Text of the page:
Reading level: Young Adult
Paperback: 466 pages
Publisher: Tanglewood Press
Release date: October 11th 2011
Series: Ashfall #1
Source: Personal Shelf
Reviewed by: Christine
Under the bubbling hot springs and geysers of Yellowstone National Park is a supervolcano. Most people don’t know it’s there. The caldera is so large that it can only be seen from a plane or satellite. It just could be overdue for an eruption, which would change the landscape and climate of our planet.
Ashfall is the story of Alex, a teenage boy left alone for the weekend while his parents visit relatives. When the Yellowstone supervolcano erupts unexpectedly, Alex is determined to reach his parents. He must travel over a hundred miles in a landscape transformed by a foot of ash and the destruction of every modern convenience that he has ever known, and through a new world in which disaster has brought out both the best and worst in people desperate for food, water, and warmth. With a combination of nonstop action, a little romance, and very real science, this is a story that is difficult to stop reading and even more difficult to forget.
Ashfall was one of the most disturbing post-apocalyptic books I’ve read in a long time. Part of what helps it have such an enormous impact is the fact that the premise, the basic idea behind the apocalyptic event is a very real and possible threat.
Alex is fifteen and alone for a weekend. His parents and his annoying little sister visit his uncle in Iowa. Alex is glad to have a few days of peace and quiet which are interrupted by a fire in his house. That fire turns out to be just the harbinger of even worse things to come. Only hours later, the volcano beneath the Yellowstone National Park erupts. Soon, he decides to risk the perilous trail of crossing the state lines in order to find his family.
Alex’s journey is full of danger and desperation. Mike Mullin succeeds to pull the reader in and get emotionally invested in Alex’s struggle to survive. I was sitting on the edge of my seat the whole time, hoping that Alex would master the next crisis yet again. Some situations and descriptions were almost too gory and shocking, but I guess in this harsh new reality, those situations are just part of the everyday life.
Ashfall is not only about Alex’s physical journey, but also shows how a typical teenager is forced to grow up in the matter of a few weeks. Even though he has to make very harsh decisions and even forced to kill people who wish him harm, he always regrets what he is forced to do and doesn’t become one of those who forgets his humanity and all morals after the eruption. To be honest, he sometimes even seems like a bit too good-hearted for this new world.
Luckily, he meets Darla, a very capable and crafty young woman. Even though his arrival at her farm has a horrible effect on her life, she decides to stick with Alex on his trail to Iowa. She is very pragmatic and a character you have to admire for her strength and resourcefulness. The horrible things the two of them have to endure form a very close bond between them. Even though their relationship becomes very intimate in a short time, it doesn’t feel forced at all. There are a lot of bittersweet moments between the two of them I really enjoyed.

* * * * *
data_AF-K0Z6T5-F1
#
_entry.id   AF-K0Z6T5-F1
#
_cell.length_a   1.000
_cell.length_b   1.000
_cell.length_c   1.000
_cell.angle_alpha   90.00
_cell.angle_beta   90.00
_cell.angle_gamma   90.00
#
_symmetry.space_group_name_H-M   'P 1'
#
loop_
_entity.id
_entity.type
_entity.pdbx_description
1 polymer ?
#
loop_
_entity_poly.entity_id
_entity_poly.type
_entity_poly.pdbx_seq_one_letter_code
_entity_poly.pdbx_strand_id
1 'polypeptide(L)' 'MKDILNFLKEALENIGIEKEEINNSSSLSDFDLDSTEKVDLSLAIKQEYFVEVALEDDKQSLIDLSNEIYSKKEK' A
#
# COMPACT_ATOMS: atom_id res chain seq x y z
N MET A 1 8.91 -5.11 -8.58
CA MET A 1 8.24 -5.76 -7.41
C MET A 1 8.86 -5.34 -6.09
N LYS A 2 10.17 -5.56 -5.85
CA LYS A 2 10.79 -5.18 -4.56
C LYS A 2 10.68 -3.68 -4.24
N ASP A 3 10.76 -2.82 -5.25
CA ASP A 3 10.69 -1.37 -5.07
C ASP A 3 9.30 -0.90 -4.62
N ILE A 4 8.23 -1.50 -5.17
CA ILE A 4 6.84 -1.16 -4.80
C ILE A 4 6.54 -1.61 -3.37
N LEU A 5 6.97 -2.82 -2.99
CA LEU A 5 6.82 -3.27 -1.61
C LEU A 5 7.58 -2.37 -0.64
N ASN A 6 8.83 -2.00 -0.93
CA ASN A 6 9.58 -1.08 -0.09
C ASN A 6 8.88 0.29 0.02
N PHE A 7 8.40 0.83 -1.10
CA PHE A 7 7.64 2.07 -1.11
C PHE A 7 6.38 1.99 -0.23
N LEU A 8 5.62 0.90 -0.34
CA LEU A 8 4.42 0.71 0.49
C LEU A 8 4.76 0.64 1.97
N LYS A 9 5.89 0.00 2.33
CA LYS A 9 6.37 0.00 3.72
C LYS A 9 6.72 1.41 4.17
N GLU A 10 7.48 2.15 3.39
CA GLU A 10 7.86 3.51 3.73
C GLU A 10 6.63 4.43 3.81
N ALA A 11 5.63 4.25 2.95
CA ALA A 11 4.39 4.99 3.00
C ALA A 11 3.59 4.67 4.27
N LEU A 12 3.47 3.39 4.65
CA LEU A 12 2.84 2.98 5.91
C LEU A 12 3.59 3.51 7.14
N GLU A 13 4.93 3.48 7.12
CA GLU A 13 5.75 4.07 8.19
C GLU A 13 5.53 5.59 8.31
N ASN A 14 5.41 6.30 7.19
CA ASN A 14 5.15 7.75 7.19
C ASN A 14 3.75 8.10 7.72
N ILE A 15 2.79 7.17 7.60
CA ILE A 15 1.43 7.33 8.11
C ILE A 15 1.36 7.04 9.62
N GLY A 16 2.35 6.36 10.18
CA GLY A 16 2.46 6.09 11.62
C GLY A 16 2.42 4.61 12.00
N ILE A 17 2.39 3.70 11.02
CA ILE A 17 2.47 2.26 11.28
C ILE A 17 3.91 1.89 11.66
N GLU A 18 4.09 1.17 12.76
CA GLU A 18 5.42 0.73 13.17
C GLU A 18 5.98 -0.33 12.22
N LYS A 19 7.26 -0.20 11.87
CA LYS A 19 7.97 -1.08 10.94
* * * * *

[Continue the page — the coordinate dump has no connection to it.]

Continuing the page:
Alex and Darla both deal with the drastic changes of their realities in a very realistic way. Alex can use his taekwondo skill he has been training since before the apocalypse and Darla the knowledge she has gained from working on a farm. Together, they make up a pretty good team.
Ashfall is also full of interesting secondary characters. Just like Alex and Darla, the reader begins to be wary towards everyone the two of them encounter. The ending left me with split feelings. I was both happy for the semi happy ending, on the other hand, Alex discover that his journey might not be over yet.
I read Mike Mullins debut in one sitting, I simply couldn’t put it aside. The story left me breathless with excitement, sometimes shocked and abhorred between words and anxious to see what happens next. So, the pacing was pretty much perfect. Especially the scenes at the camp left questions unanswered about the new political structure and the current leaders and their intentions.
Ashfall is emotionally very unsettling. Very soon after the eruption, humans begin to show their true faces. Some of them show incredible kindness even under the most dire circumstances, others prove that humans are indeed the worst predators to roam the earth. It is one of the books that made me think “what if…?”. It stayed with me long after I finished it.
Ashfall is an equally fantastic yet quieting debut. I can recommend it to anyone who wants a disturbingly real post-apocalyptic story full of danger, desperation but also hope, kindheartedness and a moving and sincere love story. I´m eagerly waiting for the sequel, Ashen Winter. It sure seems like a long time until September!
If you want so decide if Ashfall is a book you might like, read the first two chapters here.
There’s also a fan made trailer for Ashfall: